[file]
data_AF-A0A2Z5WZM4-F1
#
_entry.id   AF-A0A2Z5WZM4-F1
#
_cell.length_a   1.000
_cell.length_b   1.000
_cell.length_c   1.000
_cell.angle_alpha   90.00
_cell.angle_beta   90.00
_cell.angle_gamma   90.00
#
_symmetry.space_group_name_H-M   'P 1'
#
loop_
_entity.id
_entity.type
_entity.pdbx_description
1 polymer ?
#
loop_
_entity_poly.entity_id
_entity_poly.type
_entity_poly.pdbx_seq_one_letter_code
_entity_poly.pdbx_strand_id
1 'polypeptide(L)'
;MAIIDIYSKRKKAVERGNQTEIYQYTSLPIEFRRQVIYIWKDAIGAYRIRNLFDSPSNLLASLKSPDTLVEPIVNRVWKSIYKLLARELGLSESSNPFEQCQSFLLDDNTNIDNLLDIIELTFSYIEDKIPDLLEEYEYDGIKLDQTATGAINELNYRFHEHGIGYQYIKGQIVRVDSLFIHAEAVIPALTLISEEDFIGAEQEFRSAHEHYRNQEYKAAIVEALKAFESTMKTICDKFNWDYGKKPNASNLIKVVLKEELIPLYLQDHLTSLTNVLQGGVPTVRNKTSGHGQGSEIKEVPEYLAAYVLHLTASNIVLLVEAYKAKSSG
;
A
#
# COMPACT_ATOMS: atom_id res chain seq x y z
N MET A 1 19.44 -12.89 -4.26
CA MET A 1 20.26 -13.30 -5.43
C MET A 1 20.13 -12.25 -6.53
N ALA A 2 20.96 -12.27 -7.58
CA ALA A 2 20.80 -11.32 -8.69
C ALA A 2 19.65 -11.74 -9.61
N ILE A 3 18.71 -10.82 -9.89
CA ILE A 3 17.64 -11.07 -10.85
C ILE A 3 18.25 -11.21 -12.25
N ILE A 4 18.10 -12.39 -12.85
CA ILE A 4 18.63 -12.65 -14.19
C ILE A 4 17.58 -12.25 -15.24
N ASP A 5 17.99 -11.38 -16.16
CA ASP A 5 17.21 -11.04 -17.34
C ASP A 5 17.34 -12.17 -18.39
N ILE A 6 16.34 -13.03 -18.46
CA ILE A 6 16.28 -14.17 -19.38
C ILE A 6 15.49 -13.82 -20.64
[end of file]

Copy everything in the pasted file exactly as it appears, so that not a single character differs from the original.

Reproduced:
data_AF-A0A2Z5WZM4-F1
#
_entry.id   AF-A0A2Z5WZM4-F1
#
_cell.length_a   1.000
_cell.length_b   1.000
_cell.length_c   1.000
_cell.angle_alpha   90.00
_cell.angle_beta   90.00
_cell.angle_gamma   90.00
#
_symmetry.space_group_name_H-M   'P 1'
#
loop_
_entity.id
_entity.type
_entity.pdbx_description
1 polymer ?
#
loop_
_entity_poly.entity_id
_entity_poly.type
_entity_poly.pdbx_seq_one_letter_code
_entity_poly.pdbx_strand_id
1 'polypeptide(L)'
;MAIIDIYSKRKKAVERGNQTEIYQYTSLPIEFRRQVIYIWKDAIGAYRIRNLFDSPSNLLASLKSPDTLVEPIVNRVWKSIYKLLARELGLSESSNPFEQCQSFLLDDNTNIDNLLDIIELTFSYIEDKIPDLLEEYEYDGIKLDQTATGAINELNYRFHEHGIGYQYIKGQIVRVDSLFIHAEAVIPALTLISEEDFIGAEQEFRSAHEHYRNQEYKAAIVEALKAFESTMKTICDKFNWDYGKKPNASNLIKVVLKEELIPLYLQDHLTSLTNVLQGGVPTVRNKTSGHGQGSEIKEVPEYLAAYVLHLTASNIVLLVEAYKAKSSG
;
A
#
# COMPACT_ATOMS: atom_id res chain seq x y z
N MET A 1 19.44 -12.89 -4.26
CA MET A 1 20.26 -13.30 -5.43
C MET A 1 20.13 -12.25 -6.53
N ALA A 2 20.96 -12.27 -7.58
CA ALA A 2 20.80 -11.32 -8.69
C ALA A 2 19.65 -11.74 -9.61
N ILE A 3 18.71 -10.82 -9.89
CA ILE A 3 17.64 -11.07 -10.85
C ILE A 3 18.25 -11.21 -12.25
N ILE A 4 18.10 -12.39 -12.85
CA ILE A 4 18.63 -12.65 -14.19
C ILE A 4 17.58 -12.25 -15.24
N ASP A 5 17.99 -11.38 -16.16
CA ASP A 5 17.21 -11.04 -17.34
C ASP A 5 17.34 -12.17 -18.39
N ILE A 6 16.34 -13.03 -18.46
CA ILE A 6 16.28 -14.17 -19.38
C ILE A 6 15.49 -13.82 -20.64